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Publication numberUS6312122 B1
Publication typeGrant
Application numberUS 09/144,004
Publication dateNov 6, 2001
Filing dateAug 31, 1998
Priority dateApr 17, 1996
Fee statusLapsed
Also published asCA2251933A1, EP0898512A1, EP0898512A4, US20020017213, WO1997038861A1
Publication number09144004, 144004, US 6312122 B1, US 6312122B1, US-B1-6312122, US6312122 B1, US6312122B1
InventorsGordon T. Brown, Gary Gerard Truchan
Original AssigneeMaster Image, Inc.
Export CitationBiBTeX, EndNote, RefMan
External Links: USPTO, USPTO Assignment, Espacenet
Printing on a substrate
US 6312122 B1
Abstract
A method of printing on a substrate is disclosed. The method includes depositing an ink on a membrane, placing the membrane in juxtaposition to the surface of the substrate and applying heat and pressure to produce a high quality color control image on the substrate. The ink preferably comprises a thermal transfer dye, a thermal transfer pigment, a protective polymer and a carrier.
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Claims(15)
What is claimed is:
1. A method of printing on a substrate, the method comprising;
preparing an ink comprising a thermal transfer dye, a carrier and at least one material selected from a thermal transfer pigment and a protective polymer;
impregnating a membrane with the ink in a pattern corresponding to an image to be printed;
placing the impregnated membrane in juxtaposition to the substrate; and
applying heat and pressure to the impregnated membrane to transfer at least a portion of the thermal transfer dye and the at least one thermal transfer pigment and protective polymer to the substrate to thereby form an image, wherein at least a portion of the image has a resolution of at least about 200 lines per inch.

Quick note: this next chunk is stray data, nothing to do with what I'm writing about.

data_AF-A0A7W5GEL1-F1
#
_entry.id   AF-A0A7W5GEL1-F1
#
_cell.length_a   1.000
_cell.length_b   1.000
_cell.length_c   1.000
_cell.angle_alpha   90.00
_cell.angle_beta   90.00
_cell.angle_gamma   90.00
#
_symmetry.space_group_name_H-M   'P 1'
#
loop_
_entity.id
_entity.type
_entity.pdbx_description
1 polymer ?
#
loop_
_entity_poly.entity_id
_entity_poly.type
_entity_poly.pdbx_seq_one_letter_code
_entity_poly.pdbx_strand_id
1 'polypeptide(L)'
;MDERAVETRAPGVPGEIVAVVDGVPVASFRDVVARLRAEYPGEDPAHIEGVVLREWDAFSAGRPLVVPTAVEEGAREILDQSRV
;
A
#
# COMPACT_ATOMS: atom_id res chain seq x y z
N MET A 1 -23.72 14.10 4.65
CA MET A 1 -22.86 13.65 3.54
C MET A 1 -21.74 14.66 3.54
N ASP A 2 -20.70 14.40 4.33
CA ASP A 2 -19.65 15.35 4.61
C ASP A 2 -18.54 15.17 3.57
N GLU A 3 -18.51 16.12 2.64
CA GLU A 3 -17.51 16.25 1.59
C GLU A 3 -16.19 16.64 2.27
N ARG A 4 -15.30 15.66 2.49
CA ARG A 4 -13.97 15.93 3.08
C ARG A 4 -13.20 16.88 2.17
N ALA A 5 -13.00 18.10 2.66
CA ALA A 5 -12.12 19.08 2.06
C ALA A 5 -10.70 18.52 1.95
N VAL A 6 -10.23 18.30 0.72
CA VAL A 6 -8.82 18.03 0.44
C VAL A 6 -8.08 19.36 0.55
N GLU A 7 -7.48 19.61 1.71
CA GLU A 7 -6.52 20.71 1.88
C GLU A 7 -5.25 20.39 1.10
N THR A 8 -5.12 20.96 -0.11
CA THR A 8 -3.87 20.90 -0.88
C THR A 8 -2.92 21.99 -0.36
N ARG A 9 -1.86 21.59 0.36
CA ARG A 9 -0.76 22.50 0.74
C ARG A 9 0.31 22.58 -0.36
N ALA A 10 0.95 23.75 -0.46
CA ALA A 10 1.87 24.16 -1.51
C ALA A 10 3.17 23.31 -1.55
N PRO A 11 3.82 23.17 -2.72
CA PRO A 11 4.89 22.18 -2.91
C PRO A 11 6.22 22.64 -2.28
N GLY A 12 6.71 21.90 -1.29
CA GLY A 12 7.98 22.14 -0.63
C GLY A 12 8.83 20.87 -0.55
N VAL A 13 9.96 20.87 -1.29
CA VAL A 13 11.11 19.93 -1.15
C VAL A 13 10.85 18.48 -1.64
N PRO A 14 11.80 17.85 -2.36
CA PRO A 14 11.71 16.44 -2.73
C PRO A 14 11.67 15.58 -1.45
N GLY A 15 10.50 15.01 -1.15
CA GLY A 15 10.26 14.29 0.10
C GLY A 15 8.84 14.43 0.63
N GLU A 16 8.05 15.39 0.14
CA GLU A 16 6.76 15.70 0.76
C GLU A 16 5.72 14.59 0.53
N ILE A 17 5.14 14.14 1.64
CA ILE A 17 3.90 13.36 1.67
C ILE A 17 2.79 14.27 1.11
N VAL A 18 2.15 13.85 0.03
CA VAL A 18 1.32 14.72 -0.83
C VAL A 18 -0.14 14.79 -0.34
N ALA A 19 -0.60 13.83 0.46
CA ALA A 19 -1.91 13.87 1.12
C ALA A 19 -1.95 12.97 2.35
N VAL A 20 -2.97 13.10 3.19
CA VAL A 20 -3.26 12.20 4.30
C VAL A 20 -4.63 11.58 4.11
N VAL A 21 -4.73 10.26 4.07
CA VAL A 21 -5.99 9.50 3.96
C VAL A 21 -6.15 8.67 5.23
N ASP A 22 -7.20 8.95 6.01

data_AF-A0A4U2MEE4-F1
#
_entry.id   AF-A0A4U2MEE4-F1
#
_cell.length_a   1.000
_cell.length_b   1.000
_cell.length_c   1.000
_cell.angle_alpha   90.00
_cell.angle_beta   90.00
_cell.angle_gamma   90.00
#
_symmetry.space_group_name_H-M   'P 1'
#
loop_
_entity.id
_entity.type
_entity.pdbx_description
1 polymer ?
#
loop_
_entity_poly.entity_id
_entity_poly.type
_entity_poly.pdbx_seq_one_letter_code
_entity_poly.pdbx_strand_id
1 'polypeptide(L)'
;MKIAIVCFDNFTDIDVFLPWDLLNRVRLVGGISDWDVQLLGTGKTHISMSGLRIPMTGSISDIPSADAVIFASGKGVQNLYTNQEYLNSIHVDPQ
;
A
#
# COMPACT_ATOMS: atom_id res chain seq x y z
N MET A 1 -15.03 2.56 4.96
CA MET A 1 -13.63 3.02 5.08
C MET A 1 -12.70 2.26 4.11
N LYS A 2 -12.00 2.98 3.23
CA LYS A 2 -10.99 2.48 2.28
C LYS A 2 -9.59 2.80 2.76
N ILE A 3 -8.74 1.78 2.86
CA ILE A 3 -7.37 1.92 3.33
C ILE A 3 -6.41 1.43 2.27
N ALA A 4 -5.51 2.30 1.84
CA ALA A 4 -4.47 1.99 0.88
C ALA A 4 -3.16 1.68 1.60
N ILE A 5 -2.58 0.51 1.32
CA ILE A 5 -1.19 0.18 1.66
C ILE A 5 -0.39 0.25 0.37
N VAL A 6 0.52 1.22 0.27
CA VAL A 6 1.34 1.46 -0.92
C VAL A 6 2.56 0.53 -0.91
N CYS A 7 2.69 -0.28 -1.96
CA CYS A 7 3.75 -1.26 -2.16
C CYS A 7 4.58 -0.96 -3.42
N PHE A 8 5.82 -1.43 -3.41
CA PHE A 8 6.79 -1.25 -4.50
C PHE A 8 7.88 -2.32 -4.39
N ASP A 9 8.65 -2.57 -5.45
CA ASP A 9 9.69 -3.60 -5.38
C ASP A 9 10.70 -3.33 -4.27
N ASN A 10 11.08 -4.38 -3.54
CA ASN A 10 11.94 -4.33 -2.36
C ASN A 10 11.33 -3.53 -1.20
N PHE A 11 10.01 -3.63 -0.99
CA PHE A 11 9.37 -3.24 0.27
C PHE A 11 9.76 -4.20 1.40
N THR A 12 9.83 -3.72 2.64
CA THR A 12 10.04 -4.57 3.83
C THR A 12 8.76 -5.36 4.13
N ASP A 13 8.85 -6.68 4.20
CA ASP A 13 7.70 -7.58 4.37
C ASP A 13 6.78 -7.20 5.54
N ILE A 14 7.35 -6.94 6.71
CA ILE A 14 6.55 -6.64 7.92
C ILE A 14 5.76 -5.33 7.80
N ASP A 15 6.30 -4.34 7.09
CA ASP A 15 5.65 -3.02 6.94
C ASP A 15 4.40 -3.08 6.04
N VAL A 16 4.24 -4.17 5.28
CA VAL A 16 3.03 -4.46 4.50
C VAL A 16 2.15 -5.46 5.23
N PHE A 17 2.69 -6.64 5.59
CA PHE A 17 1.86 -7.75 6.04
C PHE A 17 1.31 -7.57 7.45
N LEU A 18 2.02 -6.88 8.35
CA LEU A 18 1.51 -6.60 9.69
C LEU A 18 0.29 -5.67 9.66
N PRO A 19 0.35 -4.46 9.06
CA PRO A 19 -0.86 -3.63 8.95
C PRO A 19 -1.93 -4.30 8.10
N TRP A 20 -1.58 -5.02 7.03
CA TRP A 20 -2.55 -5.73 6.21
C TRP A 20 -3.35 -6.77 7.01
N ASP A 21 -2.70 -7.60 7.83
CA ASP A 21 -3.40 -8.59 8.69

2. The method of claim 1, wherein the ink comprises both the thermal transfer pigment and the protective polymer.
3. The method of claim 2, wherein the thermal transfer dye and the thermal transfer pigment comprise particles having an average size of less than about 11 microns.
4. The method of claim 2, wherein the thermal transfer dye and the thermal transfer pigment comprise particles having an average size of from about 0.1 to about 1 micron.
5. The method of claim 2, wherein the volume ratio of the thermal transfer dye to the thermal transfer pigment is from about 2:1 to about 5:1.
6. The method of claim 2, wherein the protective polymer comprises less than about 30 volume percent of the ink.
7. The method of claim 2, wherein the protective polymer comprises from about 1 to about 20 volume percent of the ink.
8. The method of claim 1, wherein the substrate is substantially rigid.
9. The method of claim 1, further comprising shaping the substrate to provide a contoured substrate.
10. The method of claim 9, wherein the shaping step is performed before or after the application of heat and pressure.
11. The method of claim 1, wherein the substrate comprises at least one material selected from metal, plastic and wood.
12. The method of claim 1, further comprising providing the substrate with a surface layer prior to the placement of the impregnated membrane thereon.
13. A method of printing on a substrate, the method comprising:
preparing an ink comprising a thermal transfer dye, a carrier and at least one material selected from a thermal transfer pigment and a protective polymer;
impregnating a membrane with the ink in the pattern corresponding to an image to be printed;
placing the impregnated membrane in the juxtaposition to the substrate;